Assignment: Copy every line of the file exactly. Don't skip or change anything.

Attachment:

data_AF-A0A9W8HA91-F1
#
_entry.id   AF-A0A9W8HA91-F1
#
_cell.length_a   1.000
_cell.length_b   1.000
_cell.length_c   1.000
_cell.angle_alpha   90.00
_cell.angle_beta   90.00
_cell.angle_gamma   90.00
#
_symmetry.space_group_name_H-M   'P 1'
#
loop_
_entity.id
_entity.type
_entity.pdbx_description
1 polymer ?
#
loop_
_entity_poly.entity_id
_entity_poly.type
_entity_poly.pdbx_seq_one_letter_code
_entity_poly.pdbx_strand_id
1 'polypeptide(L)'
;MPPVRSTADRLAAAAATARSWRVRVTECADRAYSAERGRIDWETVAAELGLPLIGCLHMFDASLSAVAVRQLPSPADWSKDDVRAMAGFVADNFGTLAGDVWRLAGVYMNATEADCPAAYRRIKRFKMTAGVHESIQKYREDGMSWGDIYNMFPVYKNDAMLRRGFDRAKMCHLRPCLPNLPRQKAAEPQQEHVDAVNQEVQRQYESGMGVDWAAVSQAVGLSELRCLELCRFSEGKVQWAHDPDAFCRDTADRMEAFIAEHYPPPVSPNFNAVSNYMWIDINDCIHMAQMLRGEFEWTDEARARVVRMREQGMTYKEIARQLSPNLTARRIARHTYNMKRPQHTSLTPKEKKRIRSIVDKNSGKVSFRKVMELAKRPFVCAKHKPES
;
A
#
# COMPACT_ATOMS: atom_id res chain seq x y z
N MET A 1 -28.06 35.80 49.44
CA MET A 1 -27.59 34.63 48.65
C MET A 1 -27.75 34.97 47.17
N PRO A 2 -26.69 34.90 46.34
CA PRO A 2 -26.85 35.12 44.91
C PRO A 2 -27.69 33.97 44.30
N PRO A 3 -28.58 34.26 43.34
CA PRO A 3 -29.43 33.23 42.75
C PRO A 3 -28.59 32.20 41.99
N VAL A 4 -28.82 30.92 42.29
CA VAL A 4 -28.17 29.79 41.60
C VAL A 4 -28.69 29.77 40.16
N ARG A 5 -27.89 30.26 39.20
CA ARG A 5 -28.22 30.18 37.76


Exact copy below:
data_AF-A0A9W8HA91-F1
#
_entry.id   AF-A0A9W8HA91-F1
#
_cell.length_a   1.000
_cell.length_b   1.000
_cell.length_c   1.000
_cell.angle_alpha   90.00
_cell.angle_beta   90.00
_cell.angle_gamma   90.00
#
_symmetry.space_group_name_H-M   'P 1'
#
loop_
_entity.id
_entity.type
_entity.pdbx_description
1 polymer ?
#
loop_
_entity_poly.entity_id
_entity_poly.type
_entity_poly.pdbx_seq_one_letter_code
_entity_poly.pdbx_strand_id
1 'polypeptide(L)'
;MPPVRSTADRLAAAAATARSWRVRVTECADRAYSAERGRIDWETVAAELGLPLIGCLHMFDASLSAVAVRQLPSPADWSKDDVRAMAGFVADNFGTLAGDVWRLAGVYMNATEADCPAAYRRIKRFKMTAGVHESIQKYREDGMSWGDIYNMFPVYKNDAMLRRGFDRAKMCHLRPCLPNLPRQKAAEPQQEHVDAVNQEVQRQYESGMGVDWAAVSQAVGLSELRCLELCRFSEGKVQWAHDPDAFCRDTADRMEAFIAEHYPPPVSPNFNAVSNYMWIDINDCIHMAQMLRGEFEWTDEARARVVRMREQGMTYKEIARQLSPNLTARRIARHTYNMKRPQHTSLTPKEKKRIRSIVDKNSGKVSFRKVMELAKRPFVCAKHKPES
;
A
#
# COMPACT_ATOMS: atom_id res chain seq x y z
N MET A 1 -28.06 35.80 49.44
CA MET A 1 -27.59 34.63 48.65
C MET A 1 -27.75 34.97 47.17
N PRO A 2 -26.69 34.90 46.34
CA PRO A 2 -26.85 35.12 44.91
C PRO A 2 -27.69 33.97 44.30
N PRO A 3 -28.58 34.26 43.34
CA PRO A 3 -29.43 33.23 42.75
C PRO A 3 -28.59 32.20 41.99
N VAL A 4 -28.82 30.92 42.29
CA VAL A 4 -28.17 29.79 41.60
C VAL A 4 -28.69 29.77 40.16
N ARG A 5 -27.89 30.26 39.20
CA ARG A 5 -28.22 30.18 37.76